News for all Jewish brides who observe a stricter code of dress: modest is trending. Ever since Grace Kelly graced the aisle in 1956, lacing on layers became iconic bridal flair.
The Royal Wedding in 2011 was watched by an estimated 3 billion viewers, but that wasn’t the day’s only matrimonial “coverage”: Princess Kate experienced heaps of attention for her stylish yet sensible, lace-sleeved dress. In 2009, Ivanka Trump received similar attention for her modest sleeves, when she wed an Orthodox Jewish man, Jared Kushner.
The New York Times praised Trump’s look as “sensational.” Although many bridews still opt for strapless dresses or revealing sweetheart necklines, a modest movement is well underway. For Maryland, Washington, D.C., and Northern Virginia brides and bridesmaids who wish to dress modestly, yet forgo the stress and expense of tailoring or building a dress from scratch, there are options. Gemachs – a free loan fund and shorthand for the Jewish maxim gemilut chasadim, “acts of kindness”— have become Greater Washington’s number one resource for modest chuppah-worthy finds.
Don’t let the setting of going dress-hunting in a basement fool you; many gemach curators update their gowns as often as twice a year. Nusy Lefkowitz, part of the trio with Debby Gibber and Rena Klein who run Ahavas Yisroel Sofie Gutman Gown Gemach, keeps her inventory fresh by making an annual trip to rental stores in New York and Lakewood, N.J., she said.
The gemach scene attracts brides of every budget. Lefkowitz said she sees “wealthy women who walk out with gowns” as well as girls who cannot afford to pay the recommended $50 donation. Lefkowitz said the team loves providing “fashionably free dresses,” and she personally feels most happy when she helps a bride she knows would not be able to afford the dress otherwise.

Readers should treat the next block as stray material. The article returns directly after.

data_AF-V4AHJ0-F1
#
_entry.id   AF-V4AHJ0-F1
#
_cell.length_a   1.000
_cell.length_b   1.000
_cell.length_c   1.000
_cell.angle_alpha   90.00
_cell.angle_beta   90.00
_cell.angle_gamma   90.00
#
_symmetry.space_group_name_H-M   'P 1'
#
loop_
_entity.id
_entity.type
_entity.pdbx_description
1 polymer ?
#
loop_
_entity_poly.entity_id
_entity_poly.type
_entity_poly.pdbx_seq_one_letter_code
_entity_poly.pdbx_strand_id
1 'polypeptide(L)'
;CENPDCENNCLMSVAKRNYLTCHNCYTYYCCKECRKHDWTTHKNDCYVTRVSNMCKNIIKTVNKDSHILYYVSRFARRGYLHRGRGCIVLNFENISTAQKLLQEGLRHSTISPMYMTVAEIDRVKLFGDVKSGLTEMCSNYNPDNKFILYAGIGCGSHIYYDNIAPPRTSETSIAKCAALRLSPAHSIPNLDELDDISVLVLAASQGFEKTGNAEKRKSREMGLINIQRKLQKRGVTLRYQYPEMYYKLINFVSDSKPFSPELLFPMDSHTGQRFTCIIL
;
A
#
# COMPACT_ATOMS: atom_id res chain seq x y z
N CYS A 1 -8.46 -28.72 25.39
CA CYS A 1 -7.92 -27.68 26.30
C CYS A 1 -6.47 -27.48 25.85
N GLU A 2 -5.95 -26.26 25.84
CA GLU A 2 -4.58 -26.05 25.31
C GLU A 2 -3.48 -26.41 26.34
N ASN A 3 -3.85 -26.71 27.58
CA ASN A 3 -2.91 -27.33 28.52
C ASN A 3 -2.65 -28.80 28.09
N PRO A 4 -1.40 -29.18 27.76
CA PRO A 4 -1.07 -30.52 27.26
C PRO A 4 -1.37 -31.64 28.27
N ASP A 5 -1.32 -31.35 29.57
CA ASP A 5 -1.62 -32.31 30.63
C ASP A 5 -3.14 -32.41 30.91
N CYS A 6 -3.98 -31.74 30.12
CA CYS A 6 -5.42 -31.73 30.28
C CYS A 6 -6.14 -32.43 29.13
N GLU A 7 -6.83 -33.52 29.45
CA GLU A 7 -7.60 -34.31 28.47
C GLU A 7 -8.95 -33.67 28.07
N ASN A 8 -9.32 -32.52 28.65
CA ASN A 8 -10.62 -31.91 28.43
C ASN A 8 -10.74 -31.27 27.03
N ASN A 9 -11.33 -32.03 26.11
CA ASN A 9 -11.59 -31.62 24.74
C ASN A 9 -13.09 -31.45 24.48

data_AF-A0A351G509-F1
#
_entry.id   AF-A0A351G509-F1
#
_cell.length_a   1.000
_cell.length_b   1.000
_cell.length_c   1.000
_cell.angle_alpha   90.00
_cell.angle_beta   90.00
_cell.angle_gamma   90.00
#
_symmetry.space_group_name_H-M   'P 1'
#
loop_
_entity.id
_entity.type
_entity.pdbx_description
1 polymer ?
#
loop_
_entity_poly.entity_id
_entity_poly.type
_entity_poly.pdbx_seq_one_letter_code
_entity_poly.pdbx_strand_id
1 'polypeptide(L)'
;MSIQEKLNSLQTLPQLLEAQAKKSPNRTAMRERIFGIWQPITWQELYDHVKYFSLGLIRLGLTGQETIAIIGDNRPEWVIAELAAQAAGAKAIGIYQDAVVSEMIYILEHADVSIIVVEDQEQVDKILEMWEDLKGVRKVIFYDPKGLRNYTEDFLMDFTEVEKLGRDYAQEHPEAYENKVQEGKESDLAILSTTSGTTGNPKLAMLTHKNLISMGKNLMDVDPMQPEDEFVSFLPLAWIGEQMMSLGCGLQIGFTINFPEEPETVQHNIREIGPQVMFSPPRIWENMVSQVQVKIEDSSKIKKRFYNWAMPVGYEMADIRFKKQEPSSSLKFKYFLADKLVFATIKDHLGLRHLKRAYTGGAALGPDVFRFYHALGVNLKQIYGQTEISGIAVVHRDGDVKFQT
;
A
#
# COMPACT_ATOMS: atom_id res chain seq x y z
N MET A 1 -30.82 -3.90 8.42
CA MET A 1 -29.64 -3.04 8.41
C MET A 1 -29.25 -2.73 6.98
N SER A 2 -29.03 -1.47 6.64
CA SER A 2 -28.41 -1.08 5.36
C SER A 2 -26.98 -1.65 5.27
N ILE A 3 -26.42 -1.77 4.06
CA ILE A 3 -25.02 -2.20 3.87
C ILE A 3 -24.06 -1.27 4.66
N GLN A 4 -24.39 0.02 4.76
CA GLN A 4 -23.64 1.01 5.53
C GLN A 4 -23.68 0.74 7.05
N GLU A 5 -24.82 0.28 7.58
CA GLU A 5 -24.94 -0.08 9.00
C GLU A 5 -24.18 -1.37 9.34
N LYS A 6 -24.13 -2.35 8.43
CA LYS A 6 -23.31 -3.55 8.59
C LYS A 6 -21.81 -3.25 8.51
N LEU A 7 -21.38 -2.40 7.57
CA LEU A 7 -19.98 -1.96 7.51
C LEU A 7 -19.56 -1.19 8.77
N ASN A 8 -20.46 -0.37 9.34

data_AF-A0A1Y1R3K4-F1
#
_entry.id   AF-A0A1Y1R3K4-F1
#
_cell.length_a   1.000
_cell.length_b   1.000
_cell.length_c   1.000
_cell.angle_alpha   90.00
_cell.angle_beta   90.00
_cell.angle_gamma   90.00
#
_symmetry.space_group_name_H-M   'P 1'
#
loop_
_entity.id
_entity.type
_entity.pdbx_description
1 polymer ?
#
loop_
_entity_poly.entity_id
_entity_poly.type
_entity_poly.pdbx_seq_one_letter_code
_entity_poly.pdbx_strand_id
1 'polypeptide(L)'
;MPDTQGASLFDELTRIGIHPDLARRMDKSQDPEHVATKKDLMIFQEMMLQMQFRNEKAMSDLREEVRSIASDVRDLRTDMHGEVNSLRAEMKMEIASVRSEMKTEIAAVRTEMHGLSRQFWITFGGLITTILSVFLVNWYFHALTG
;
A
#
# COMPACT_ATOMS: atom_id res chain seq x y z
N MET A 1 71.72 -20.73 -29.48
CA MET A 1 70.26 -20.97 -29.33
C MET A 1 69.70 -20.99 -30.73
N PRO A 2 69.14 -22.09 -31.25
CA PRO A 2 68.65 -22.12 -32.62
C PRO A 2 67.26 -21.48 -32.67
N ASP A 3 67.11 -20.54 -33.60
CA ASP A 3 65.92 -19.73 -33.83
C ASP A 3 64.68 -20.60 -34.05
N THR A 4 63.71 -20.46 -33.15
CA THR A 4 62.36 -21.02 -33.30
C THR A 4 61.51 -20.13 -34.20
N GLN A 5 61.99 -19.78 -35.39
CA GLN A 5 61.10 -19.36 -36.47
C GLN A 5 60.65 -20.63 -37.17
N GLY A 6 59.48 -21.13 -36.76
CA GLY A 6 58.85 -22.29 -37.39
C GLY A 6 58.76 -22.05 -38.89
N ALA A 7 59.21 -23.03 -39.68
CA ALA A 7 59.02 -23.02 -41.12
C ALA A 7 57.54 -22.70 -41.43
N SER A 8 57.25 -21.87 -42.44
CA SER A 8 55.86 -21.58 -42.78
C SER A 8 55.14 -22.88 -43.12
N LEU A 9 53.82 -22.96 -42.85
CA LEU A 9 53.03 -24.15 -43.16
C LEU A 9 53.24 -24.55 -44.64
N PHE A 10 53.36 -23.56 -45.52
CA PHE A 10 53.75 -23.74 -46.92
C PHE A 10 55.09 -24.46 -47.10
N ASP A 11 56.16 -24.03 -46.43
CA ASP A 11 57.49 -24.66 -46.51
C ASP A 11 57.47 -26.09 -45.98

Based in Lefkowitz’s basement in Baltimore, Ahavas Yisroel brings in brides from Baltimore, D.C. and Silver Spring. Which colors and styles are they asking for? “Cream is very popular all year round,” Lefkowitz said, while “blush and navy are very popular, and chiffon and taffeta are trending in New York.” Others head north to the bridal shops in Brooklyn, Monsey and Teaneck in search of the latest, modest trends. That’s what Silver Spring native Renee Temin did when she was hunting for a wedding dress last January.
Temin, who describes herself as “too particular,” was prepared for a days-long search for the perfect dress. She found it in one of the first stores she visited in Lakewood, N.J. “I liked the variety,” Temin said. Before checking out bridal gemachs or schlepping all the way to the tri-state area, some Jewish brides find luck on the Internet.
Although both shops are located in Utah, an area with a large Mormon community, both Beautifully Modest and Latter Day Bride & Prom offer shipping services on all their bride and wedding party gowns. The two companies aim to dispel the common fear that showing less skin means wearing something analogous to a potato sack; Latter Day Bride & Prom’s catalogue features 15 pages of Vogue-worthy dresses with styles from mermaid to ball gown.
Owner of Beautifully Modest Janelle Carlson said she loves providing an alternative to the more exposed wedding designs. “I didn’t want to go against what I believe. I believe in a modest product.” Her inventory ranges from $299 to $1,100 for brides and $50 to $399 for bridesmaids’ dresses.
Every Jewish bride tries to live up to the image of Eishet Chayil, the “Woman of Valor” from the psalms, whose “strength and splendor are her clothing.” What this trend proves is that modesty and splendor can go hand-in-hand.